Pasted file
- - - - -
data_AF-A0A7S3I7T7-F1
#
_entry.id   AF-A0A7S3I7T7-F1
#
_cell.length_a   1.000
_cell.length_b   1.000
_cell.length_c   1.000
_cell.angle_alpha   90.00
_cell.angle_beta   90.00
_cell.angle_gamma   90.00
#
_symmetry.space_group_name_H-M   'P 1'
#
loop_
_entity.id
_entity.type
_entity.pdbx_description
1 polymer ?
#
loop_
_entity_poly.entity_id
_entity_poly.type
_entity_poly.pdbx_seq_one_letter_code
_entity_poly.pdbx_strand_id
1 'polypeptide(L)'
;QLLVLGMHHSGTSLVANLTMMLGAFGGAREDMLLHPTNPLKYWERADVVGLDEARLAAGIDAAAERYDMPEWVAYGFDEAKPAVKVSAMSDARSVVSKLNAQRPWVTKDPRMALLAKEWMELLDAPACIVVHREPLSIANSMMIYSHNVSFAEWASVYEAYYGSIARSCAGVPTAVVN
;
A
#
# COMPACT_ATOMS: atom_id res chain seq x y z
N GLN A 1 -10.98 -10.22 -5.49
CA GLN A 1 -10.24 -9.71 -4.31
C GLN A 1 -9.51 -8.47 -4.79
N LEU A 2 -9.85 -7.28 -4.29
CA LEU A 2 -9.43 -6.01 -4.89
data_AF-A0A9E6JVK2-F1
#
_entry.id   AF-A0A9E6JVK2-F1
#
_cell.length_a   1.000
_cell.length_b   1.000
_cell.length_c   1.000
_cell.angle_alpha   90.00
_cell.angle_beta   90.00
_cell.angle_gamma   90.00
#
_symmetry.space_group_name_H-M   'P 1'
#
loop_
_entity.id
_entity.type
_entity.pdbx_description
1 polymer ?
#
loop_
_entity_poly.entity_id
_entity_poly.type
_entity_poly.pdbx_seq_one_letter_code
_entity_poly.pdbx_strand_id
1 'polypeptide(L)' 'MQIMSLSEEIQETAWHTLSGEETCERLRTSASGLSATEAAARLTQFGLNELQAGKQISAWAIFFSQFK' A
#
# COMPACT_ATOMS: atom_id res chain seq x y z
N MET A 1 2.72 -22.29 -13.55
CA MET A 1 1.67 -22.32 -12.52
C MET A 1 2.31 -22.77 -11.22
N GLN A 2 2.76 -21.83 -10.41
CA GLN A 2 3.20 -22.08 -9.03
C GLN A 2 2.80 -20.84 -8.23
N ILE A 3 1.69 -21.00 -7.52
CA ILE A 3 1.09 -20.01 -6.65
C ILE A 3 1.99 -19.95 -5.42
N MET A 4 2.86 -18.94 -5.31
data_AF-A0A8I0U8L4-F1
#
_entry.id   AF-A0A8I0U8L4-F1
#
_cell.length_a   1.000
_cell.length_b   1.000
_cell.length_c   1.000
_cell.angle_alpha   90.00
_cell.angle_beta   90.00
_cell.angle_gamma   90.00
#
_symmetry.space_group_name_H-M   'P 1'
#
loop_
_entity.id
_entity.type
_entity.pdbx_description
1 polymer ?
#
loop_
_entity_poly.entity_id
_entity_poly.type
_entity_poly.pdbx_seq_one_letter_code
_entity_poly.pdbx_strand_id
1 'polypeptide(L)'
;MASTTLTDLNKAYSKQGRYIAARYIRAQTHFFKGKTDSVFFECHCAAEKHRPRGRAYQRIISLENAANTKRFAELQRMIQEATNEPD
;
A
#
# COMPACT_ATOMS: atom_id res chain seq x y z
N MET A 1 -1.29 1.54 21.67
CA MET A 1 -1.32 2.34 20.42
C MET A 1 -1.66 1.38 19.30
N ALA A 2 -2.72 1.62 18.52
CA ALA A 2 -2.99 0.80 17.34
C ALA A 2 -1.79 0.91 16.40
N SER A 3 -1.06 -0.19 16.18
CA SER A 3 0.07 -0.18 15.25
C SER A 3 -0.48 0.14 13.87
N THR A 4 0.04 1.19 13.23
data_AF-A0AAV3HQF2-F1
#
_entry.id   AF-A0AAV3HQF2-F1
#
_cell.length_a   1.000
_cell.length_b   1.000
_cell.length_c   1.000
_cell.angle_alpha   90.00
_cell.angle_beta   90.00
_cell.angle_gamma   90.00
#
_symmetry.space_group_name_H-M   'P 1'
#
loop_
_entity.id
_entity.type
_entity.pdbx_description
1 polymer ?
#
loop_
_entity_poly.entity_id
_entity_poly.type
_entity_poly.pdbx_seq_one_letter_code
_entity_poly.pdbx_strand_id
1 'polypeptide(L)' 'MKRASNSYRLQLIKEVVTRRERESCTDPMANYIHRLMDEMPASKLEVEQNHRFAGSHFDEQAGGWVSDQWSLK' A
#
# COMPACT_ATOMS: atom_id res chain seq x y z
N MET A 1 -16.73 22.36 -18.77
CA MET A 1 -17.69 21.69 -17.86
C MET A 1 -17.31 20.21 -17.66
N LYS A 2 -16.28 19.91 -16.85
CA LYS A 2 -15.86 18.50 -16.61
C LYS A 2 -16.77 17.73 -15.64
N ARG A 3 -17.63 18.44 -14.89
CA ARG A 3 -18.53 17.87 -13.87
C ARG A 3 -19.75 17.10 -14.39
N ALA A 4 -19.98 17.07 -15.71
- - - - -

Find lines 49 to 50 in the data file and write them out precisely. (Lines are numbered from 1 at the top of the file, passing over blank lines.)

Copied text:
loop_
_entity.id